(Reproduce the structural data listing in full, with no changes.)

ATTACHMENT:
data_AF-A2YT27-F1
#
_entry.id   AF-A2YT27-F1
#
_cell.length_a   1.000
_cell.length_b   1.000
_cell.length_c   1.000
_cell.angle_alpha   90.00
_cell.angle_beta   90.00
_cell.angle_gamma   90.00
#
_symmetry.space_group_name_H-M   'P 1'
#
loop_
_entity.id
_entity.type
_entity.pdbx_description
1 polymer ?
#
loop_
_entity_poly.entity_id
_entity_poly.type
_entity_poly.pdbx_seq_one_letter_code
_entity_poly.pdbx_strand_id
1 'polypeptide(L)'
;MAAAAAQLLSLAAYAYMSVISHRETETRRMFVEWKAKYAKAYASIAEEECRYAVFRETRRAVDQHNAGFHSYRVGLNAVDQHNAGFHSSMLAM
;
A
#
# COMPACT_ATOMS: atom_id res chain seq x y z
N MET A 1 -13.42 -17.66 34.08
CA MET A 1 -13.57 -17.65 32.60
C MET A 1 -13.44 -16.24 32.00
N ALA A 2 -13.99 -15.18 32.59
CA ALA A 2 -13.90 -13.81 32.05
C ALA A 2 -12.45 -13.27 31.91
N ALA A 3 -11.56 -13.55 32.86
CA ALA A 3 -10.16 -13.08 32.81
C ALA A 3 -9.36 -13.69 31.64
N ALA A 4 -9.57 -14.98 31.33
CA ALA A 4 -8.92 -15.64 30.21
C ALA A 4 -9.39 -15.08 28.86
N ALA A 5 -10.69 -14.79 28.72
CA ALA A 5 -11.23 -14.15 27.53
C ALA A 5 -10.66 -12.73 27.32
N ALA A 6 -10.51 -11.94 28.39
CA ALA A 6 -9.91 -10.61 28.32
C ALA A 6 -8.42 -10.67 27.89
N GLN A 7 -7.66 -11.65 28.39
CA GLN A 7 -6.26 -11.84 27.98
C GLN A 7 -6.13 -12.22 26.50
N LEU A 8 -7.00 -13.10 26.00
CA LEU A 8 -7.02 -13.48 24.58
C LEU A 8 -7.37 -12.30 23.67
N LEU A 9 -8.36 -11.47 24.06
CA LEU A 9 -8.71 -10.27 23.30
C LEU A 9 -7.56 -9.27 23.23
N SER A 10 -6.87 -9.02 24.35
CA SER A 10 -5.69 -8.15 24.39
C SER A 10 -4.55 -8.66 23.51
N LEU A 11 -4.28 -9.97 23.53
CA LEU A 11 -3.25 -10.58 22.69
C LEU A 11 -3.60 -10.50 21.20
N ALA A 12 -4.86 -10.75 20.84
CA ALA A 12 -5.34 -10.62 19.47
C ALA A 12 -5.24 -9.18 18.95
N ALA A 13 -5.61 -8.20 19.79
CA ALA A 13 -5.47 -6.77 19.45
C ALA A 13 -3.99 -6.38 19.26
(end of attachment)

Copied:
data_AF-A2YT27-F1
#
_entry.id   AF-A2YT27-F1
#
_cell.length_a   1.000
_cell.length_b   1.000
_cell.length_c   1.000
_cell.angle_alpha   90.00
_cell.angle_beta   90.00
_cell.angle_gamma   90.00
#
_symmetry.space_group_name_H-M   'P 1'
#
loop_
_entity.id
_entity.type
_entity.pdbx_description
1 polymer ?
#
loop_
_entity_poly.entity_id
_entity_poly.type
_entity_poly.pdbx_seq_one_letter_code
_entity_poly.pdbx_strand_id
1 'polypeptide(L)'
;MAAAAAQLLSLAAYAYMSVISHRETETRRMFVEWKAKYAKAYASIAEEECRYAVFRETRRAVDQHNAGFHSYRVGLNAVDQHNAGFHSSMLAM
;
A
#
# COMPACT_ATOMS: atom_id res chain seq x y z
N MET A 1 -13.42 -17.66 34.08
CA MET A 1 -13.57 -17.65 32.60
C MET A 1 -13.44 -16.24 32.00
N ALA A 2 -13.99 -15.18 32.59
CA ALA A 2 -13.90 -13.81 32.05
C ALA A 2 -12.45 -13.27 31.91
N ALA A 3 -11.56 -13.55 32.86
CA ALA A 3 -10.16 -13.08 32.81
C ALA A 3 -9.36 -13.69 31.64
N ALA A 4 -9.57 -14.98 31.33
CA ALA A 4 -8.92 -15.64 30.21
C ALA A 4 -9.39 -15.08 28.86
N ALA A 5 -10.69 -14.79 28.72
CA ALA A 5 -11.23 -14.15 27.53
C ALA A 5 -10.66 -12.73 27.32
N ALA A 6 -10.51 -11.94 28.39
CA ALA A 6 -9.91 -10.61 28.32
C ALA A 6 -8.42 -10.67 27.89
N GLN A 7 -7.66 -11.65 28.39
CA GLN A 7 -6.26 -11.84 27.98
C GLN A 7 -6.13 -12.22 26.50
N LEU A 8 -7.00 -13.10 26.00
CA LEU A 8 -7.02 -13.48 24.58
C LEU A 8 -7.37 -12.30 23.67
N LEU A 9 -8.36 -11.47 24.06
CA LEU A 9 -8.71 -10.27 23.30
C LEU A 9 -7.56 -9.27 23.23
N SER A 10 -6.87 -9.02 24.35
CA SER A 10 -5.69 -8.15 24.39
C SER A 10 -4.55 -8.66 23.51
N LEU A 11 -4.28 -9.97 23.53
CA LEU A 11 -3.25 -10.58 22.69
C LEU A 11 -3.60 -10.50 21.20
N ALA A 12 -4.86 -10.75 20.84
CA ALA A 12 -5.34 -10.62 19.47
C ALA A 12 -5.24 -9.18 18.95
N ALA A 13 -5.61 -8.20 19.79
CA ALA A 13 -5.47 -6.77 19.45
C ALA A 13 -3.99 -6.38 19.26